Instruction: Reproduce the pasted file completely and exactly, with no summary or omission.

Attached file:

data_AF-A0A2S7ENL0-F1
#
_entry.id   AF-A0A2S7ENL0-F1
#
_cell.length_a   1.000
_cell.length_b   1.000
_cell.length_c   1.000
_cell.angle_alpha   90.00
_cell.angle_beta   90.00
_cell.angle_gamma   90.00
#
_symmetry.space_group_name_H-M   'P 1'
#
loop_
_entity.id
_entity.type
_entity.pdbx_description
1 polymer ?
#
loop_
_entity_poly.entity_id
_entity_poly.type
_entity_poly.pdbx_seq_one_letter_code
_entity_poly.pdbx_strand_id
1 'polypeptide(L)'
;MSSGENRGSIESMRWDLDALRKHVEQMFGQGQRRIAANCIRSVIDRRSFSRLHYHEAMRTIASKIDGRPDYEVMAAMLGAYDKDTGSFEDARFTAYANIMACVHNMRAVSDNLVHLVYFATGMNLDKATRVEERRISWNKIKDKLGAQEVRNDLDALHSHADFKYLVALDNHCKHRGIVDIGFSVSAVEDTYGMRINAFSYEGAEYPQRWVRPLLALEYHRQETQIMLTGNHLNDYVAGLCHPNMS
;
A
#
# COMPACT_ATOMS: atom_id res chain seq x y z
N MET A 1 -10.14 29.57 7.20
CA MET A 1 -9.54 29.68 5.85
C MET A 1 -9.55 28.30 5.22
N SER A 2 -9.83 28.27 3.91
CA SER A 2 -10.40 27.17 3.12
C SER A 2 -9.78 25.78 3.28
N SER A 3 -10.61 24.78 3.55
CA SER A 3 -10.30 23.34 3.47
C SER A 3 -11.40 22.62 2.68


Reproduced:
data_AF-A0A2S7ENL0-F1
#
_entry.id   AF-A0A2S7ENL0-F1
#
_cell.length_a   1.000
_cell.length_b   1.000
_cell.length_c   1.000
_cell.angle_alpha   90.00
_cell.angle_beta   90.00
_cell.angle_gamma   90.00
#
_symmetry.space_group_name_H-M   'P 1'
#
loop_
_entity.id
_entity.type
_entity.pdbx_description
1 polymer ?
#
loop_
_entity_poly.entity_id
_entity_poly.type
_entity_poly.pdbx_seq_one_letter_code
_entity_poly.pdbx_strand_id
1 'polypeptide(L)'
;MSSGENRGSIESMRWDLDALRKHVEQMFGQGQRRIAANCIRSVIDRRSFSRLHYHEAMRTIASKIDGRPDYEVMAAMLGAYDKDTGSFEDARFTAYANIMACVHNMRAVSDNLVHLVYFATGMNLDKATRVEERRISWNKIKDKLGAQEVRNDLDALHSHADFKYLVALDNHCKHRGIVDIGFSVSAVEDTYGMRINAFSYEGAEYPQRWVRPLLALEYHRQETQIMLTGNHLNDYVAGLCHPNMS
;
A
#
# COMPACT_ATOMS: atom_id res chain seq x y z
N MET A 1 -10.14 29.57 7.20
CA MET A 1 -9.54 29.68 5.85
C MET A 1 -9.55 28.30 5.22
N SER A 2 -9.83 28.27 3.91
CA SER A 2 -10.40 27.17 3.12
C SER A 2 -9.78 25.78 3.28
N SER A 3 -10.61 24.78 3.55
CA SER A 3 -10.30 23.34 3.47
C SER A 3 -11.40 22.62 2.68